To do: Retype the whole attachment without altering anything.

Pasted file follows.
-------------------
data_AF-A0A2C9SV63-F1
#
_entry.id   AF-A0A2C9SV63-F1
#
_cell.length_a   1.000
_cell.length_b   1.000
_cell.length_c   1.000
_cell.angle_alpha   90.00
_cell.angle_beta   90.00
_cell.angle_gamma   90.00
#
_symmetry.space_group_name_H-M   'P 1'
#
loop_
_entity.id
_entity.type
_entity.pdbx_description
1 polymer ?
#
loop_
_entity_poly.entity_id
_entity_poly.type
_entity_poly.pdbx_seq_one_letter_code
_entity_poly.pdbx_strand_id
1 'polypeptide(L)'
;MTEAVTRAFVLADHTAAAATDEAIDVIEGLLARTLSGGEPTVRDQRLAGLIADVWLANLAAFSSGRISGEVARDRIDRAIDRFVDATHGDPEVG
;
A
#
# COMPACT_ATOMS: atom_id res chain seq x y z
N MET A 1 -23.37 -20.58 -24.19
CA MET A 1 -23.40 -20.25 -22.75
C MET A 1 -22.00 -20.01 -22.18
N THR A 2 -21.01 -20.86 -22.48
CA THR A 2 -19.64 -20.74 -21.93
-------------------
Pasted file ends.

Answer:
data_AF-A0A2C9SV63-F1
#
_entry.id   AF-A0A2C9SV63-F1
#
_cell.length_a   1.000
_cell.length_b   1.000
_cell.length_c   1.000
_cell.angle_alpha   90.00
_cell.angle_beta   90.00
_cell.angle_gamma   90.00
#
_symmetry.space_group_name_H-M   'P 1'
#
loop_
_entity.id
_entity.type
_entity.pdbx_description
1 polymer ?
#
loop_
_entity_poly.entity_id
_entity_poly.type
_entity_poly.pdbx_seq_one_letter_code
_entity_poly.pdbx_strand_id
1 'polypeptide(L)'
;MTEAVTRAFVLADHTAAAATDEAIDVIEGLLARTLSGGEPTVRDQRLAGLIADVWLANLAAFSSGRISGEVARDRIDRAIDRFVDATHGDPEVG
;
A
#
# COMPACT_ATOMS: atom_id res chain seq x y z
N MET A 1 -23.37 -20.58 -24.19
CA MET A 1 -23.40 -20.25 -22.75
C MET A 1 -22.00 -20.01 -22.18
N THR A 2 -21.01 -20.86 -22.48
CA THR A 2 -19.64 -20.74 -21.93